- Browser history is flaky, and bookmarking takes too much work.
- History Book automatically saves every page you visit, except the ones you don’t want it to.
- Everything is synced via iCloud.
Ever tried to find a page you already visited via your browser history? Of course you have. Did you ever find it? Well…
You’d think that browser history would be a rich seam when you’re searching for, well, for anything. Previously-visited pages have already been chosen—by you—and should appear at the top of any search. And yet your browser’s history feature is probably junk. Half the pages you visit seem to be missing, and what about the actual words on those pages? Why can’t you search for them? That’s where Zhenyi Tan’s History Book comes in. It saves all that stuff automatically and still maintains your privacy.
"I tried those read-it-later/bookmark manager apps before, but [I] gave up because there was too much cognitive load," History Book developer Zhenyi Tan told Lifewire via email. "I was constantly thinking about "is this article worth saving?" when I read something on the internet. Then after saving the article, I would label them with keywords to help with searching later. Then I would star the really-gotta-read-this ones. It was like tending a zen garden. In the end, I never read most of those articles anyway."
Google can remember your search history, and depending on how you have things set up, privacy-wise, it can track a lot more. But what we’re interested in here is a way to find that website you once visited. The one you can’t seem to find again with any Google or DuckDuckGo searches. The page that was exactly the one you wanted, but seems to have disappeared.
One way to keep track of sites you want to remember is to bookmark them. All browsers have built-in bookmarking tools, and you can also use a bookmarking service like Pinboard to save and tag sites you want to remember. But as Tan says, that can be a lot of work, even for the kind of nerd who likes to catalog their data.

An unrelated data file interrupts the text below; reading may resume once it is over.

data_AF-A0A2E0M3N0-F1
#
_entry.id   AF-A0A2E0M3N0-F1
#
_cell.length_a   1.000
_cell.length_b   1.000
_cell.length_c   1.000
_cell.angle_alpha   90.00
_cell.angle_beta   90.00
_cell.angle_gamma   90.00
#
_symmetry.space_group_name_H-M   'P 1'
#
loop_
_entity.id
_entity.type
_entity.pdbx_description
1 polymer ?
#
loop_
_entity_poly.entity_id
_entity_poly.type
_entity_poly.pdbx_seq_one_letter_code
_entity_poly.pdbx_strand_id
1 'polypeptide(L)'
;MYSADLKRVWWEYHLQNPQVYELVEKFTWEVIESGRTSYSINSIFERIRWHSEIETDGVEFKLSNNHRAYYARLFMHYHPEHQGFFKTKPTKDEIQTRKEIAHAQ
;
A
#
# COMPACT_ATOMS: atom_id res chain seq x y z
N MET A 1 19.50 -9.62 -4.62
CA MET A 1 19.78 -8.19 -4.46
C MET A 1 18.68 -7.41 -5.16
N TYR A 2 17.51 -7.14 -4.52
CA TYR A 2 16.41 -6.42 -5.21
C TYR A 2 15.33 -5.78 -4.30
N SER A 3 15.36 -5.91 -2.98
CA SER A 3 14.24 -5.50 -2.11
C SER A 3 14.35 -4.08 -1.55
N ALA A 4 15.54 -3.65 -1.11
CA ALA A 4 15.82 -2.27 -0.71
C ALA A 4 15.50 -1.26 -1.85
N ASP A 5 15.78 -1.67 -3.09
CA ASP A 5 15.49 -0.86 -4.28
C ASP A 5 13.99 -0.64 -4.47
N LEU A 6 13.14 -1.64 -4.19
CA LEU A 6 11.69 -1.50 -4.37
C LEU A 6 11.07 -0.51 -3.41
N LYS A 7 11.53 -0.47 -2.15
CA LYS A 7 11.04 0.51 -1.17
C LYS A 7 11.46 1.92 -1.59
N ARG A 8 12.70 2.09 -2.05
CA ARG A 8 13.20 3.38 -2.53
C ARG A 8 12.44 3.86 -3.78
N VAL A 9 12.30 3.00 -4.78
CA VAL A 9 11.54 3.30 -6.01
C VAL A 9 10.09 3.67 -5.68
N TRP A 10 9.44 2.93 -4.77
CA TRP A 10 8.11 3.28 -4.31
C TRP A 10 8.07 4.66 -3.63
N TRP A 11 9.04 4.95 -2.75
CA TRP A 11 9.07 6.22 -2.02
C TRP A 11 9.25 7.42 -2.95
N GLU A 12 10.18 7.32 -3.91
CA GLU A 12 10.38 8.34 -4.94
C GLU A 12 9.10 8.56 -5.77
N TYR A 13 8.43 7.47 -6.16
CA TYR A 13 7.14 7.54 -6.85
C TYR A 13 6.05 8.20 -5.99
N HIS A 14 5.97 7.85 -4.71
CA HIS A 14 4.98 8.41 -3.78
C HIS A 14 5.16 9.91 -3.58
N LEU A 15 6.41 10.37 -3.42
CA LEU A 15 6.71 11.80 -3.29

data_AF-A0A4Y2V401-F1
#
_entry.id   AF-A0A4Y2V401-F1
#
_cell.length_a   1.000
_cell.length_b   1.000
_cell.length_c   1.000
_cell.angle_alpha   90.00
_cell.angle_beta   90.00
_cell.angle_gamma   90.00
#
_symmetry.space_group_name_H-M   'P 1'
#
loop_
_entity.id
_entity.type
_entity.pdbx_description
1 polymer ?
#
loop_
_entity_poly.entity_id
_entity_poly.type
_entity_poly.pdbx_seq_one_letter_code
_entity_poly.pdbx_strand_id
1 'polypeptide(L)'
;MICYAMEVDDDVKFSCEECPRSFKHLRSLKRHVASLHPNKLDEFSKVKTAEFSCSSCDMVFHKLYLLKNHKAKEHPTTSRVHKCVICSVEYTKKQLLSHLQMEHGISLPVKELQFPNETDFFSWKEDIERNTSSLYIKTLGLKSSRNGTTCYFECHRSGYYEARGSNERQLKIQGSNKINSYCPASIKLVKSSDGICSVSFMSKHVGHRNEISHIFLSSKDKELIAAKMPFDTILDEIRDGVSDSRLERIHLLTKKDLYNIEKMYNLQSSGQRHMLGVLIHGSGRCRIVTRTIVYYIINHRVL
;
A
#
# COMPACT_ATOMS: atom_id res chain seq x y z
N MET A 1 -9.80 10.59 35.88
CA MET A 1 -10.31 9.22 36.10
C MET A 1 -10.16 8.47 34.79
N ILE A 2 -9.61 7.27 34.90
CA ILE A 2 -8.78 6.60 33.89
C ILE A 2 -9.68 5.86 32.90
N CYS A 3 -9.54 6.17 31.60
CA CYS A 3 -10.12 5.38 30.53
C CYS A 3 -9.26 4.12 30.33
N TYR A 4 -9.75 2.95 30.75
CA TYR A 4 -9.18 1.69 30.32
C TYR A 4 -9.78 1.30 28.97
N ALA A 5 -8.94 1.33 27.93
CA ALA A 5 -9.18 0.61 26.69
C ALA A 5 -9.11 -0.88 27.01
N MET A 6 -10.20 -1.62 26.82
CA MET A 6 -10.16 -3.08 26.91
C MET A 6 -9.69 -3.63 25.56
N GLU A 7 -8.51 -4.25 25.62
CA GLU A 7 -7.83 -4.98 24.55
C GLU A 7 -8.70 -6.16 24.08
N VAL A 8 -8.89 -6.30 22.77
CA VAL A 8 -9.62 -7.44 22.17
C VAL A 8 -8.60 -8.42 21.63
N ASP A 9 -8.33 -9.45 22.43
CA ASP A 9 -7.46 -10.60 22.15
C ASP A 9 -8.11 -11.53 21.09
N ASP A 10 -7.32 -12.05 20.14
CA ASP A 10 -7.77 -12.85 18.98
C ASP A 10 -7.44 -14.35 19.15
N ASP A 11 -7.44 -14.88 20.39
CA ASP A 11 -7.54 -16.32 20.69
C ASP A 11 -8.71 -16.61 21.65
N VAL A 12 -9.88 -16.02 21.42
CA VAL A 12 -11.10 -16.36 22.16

Privacy in your browser history is important because we often visit pages that contain our personal information, like email.
History Book is ingenious in its simplicity. It’s a browser extension for Safari (on Mac, iPhone, and iPad) that just saves every web page you visit. That’s almost it, but it’s Tan’s implementation details that take this concept from a nightmare to a must-have.
First, the app only saves pages that Safari classifies as "articles." If you can use Safari's built-in reader mode on the page, then it's an article. Surprisingly, this includes many shopping sites and other non-blog type sites, but—crucially—it excludes banking and similar websites. You can also add any site you like to the exclude list, so it will never be saved.
"The earlier versions of History Book would automatically save every web page, and I was afraid of using it. I felt like my own app was invading my privacy," Tan explained to Lifewire via email. "So I kept adding more and more privacy-related features. It wasn't until I added the feature to exclude domains from auto-save that I finally felt comfortable using it as intended."
This built-in privacy means that a) the app itself has no access to sensitive data and b) that you can safely store the text version of that page on your computer without worrying.
“Privacy in your browser history is important because we often visit pages that contain our personal information, like email. You don’t want someone to be able to get into your email or gain access to sensitive information through a sort of “back door” via your browser history,” Kristen Bolig, founder of SecurityNerd, told Lifewire via email.
History Book saves these articles as text, which means the contents, and not just the title or URL of a page, can be searched. And that makes the app infinitely more useful. In fact, if you like, these nice, clean, saved pages can be used as a kind of read-it-later queue, although you might quickly get overwhelmed.
The other advantage of storing just the text (the app loads in images on the fly) is that it takes up hardly any space on your computer. It also saves this database on your iCloud, so you can sync between your devices without Tan’s servers ever touching your private data. I’ve been using the app along with a firewall, and it never connects to anything but the pages you have saved, and then only to load the images.
There are other apps that do a similar job—St. Clair Software’s History Hound is a great one. But History Book is beautifully simple, and is the only history app I know of that works on iOS. Check it out.